That doesn’t mean these places gets a free pass, not at all – as we saw in much of treatment there of Harris before and after his post – but, I think, it puts the blog into another kind of category. I’m not sure, though. I don’t think bloggers who foster such a focus are stupider or worse, but when you’re known for vitriol and being a firebrand, my worry is that it makes genuine discussion probably more difficult in the space you create. But I’ll explain some of this more in the second part.

  2. I’ve said this before, but I’ll mention it again.

    Internet is Plato’s ring of Gyges: you become invisible, you can take on any identity and act out (verbally) all you ever dreamed of acting out verbally.

    The meek become powerful in internet; the repressed liberate themselves; the politically correct can transgress the boundaries they fear to cross in day to day life.

    Even if you use your real name, it’s unlikely that anyone will travel across continents to spit in your face or slap it as they might in a face-to-face situation.

    Given that internet allows us to be anonymously “free”, the behaviors which we see there are no surprise at all.

  3. Both Tauriq Moosa’s and this article are excellent reads. Vicious targeting is really a serious problem, one that I naively had never imagined would reach such huge proportions. I think everyone should heed Russell’s advice and take a stand against all internet bullying. Of course we all know the value of reason, but reason without empathy or compassion is not very useful because lack of empathy promotes anti-social behaviors and nobody can engage in intelligent discussions in an atmosphere of threats and lack of respect for the human being behind the ideas, no matter how absurd their ideas may be.

  4. Actually, the criticisms of Harris are, by and large, valid. Harris’ attempt to dismiss them as examples of trolling is cowardly.

    Harris writes:

    “people like PZ Myers continue to malign me as an advocate of “racial profiling.” I have written to Myers personally about this and answered his charges publicly. His only response has been to attack me further and to endorse the false charges of others.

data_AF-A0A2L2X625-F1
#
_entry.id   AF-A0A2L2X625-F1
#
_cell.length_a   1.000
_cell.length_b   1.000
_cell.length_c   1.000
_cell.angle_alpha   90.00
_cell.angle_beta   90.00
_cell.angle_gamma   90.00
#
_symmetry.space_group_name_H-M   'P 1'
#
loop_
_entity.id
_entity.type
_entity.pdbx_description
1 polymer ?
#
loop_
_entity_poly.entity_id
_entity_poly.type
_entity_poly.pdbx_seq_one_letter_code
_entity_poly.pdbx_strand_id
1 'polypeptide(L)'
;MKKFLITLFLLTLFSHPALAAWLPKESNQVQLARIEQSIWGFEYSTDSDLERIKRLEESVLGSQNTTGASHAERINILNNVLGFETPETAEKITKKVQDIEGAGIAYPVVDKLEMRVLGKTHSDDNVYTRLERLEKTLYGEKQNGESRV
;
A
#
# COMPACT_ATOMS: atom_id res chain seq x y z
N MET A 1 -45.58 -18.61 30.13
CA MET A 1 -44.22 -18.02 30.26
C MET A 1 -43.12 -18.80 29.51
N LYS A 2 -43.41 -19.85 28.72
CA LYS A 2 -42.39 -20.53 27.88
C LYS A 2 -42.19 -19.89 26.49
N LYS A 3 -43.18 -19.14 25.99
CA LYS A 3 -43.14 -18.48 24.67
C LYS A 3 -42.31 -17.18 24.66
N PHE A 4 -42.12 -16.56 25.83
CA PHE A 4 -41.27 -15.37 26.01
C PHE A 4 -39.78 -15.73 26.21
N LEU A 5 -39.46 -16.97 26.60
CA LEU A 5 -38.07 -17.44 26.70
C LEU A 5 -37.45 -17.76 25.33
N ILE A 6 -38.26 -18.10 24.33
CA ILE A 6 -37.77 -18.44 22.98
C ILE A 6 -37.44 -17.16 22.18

I do not think that I am being especially thin-skinned to worry about this. Accusations of racism and similar libels tend to stick online. If my daughter one day reads in my obituary that her father “was persistently dogged by charges of racism and bigotry,” unscrupulous people like PZ Myers will be to blame.”

    No, Sam, people malign you as an advocate of racial profiling because you write things like this:

    “It is not enough for moderate Muslims to say “not in our name.” They must now police their own communities. They must offer unreserved assistance to western governments in locating the extremists in their midst. They must tolerate, advocate, and even practice ethnic profiling.”

    Sam Harris, Bombing Our Illisuions, 2005.

  5. I think most hardcore bullies are not going to cease and desist because people disapprove of them. They see themselves as outlaws, so in fact the more people disapprove, the more fun they have being bad boys & girls. So I think it would make sense to think about other ways of responding. One issue, which is kind of tricky, is complicity and enabling. Many people go on talking to bullies even though they see them as bullies. I think people are often actually grateful to have a few sluggers on their ideological team–though wouldn’t admit it, if asked. The bully knows this, and so feels appreciated, though people may not express their appreciation openly. The continued interaction makes the bully feel like a respectable member of “the community” (whatever that might be).